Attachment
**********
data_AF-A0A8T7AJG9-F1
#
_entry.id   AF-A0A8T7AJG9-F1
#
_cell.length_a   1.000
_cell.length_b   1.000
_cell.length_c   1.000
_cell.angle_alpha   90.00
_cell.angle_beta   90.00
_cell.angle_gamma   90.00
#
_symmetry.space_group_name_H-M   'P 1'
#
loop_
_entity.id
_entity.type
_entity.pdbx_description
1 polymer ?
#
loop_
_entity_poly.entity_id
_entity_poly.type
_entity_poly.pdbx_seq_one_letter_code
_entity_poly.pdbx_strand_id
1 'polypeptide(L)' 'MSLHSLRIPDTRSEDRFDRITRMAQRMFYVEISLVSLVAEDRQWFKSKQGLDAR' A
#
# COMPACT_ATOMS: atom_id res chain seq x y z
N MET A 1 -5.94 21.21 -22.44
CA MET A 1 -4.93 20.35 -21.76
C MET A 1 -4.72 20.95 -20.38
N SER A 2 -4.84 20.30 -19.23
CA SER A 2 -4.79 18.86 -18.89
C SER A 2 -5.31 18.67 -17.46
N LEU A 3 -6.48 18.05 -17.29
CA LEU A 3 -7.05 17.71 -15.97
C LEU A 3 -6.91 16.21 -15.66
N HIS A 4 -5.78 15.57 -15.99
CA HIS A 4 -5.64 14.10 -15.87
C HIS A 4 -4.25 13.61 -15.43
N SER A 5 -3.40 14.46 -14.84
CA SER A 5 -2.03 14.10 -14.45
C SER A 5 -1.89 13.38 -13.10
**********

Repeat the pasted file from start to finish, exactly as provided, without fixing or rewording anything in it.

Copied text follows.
data_AF-A0A8T7AJG9-F1
#
_entry.id   AF-A0A8T7AJG9-F1
#
_cell.length_a   1.000
_cell.length_b   1.000
_cell.length_c   1.000
_cell.angle_alpha   90.00
_cell.angle_beta   90.00
_cell.angle_gamma   90.00
#
_symmetry.space_group_name_H-M   'P 1'
#
loop_
_entity.id
_entity.type
_entity.pdbx_description
1 polymer ?
#
loop_
_entity_poly.entity_id
_entity_poly.type
_entity_poly.pdbx_seq_one_letter_code
_entity_poly.pdbx_strand_id
1 'polypeptide(L)' 'MSLHSLRIPDTRSEDRFDRITRMAQRMFYVEISLVSLVAEDRQWFKSKQGLDAR' A
#
# COMPACT_ATOMS: atom_id res chain seq x y z
N MET A 1 -5.94 21.21 -22.44
CA MET A 1 -4.93 20.35 -21.76
C MET A 1 -4.72 20.95 -20.38
N SER A 2 -4.84 20.30 -19.23
CA SER A 2 -4.79 18.86 -18.89
C SER A 2 -5.31 18.67 -17.46
N LEU A 3 -6.48 18.05 -17.29
CA LEU A 3 -7.05 17.71 -15.97
C LEU A 3 -6.91 16.21 -15.66
N HIS A 4 -5.78 15.57 -15.99
CA HIS A 4 -5.64 14.10 -15.87
C HIS A 4 -4.25 13.61 -15.43
N SER A 5 -3.40 14.46 -14.84
CA SER A 5 -2.03 14.10 -14.45
C SER A 5 -1.89 13.38 -13.10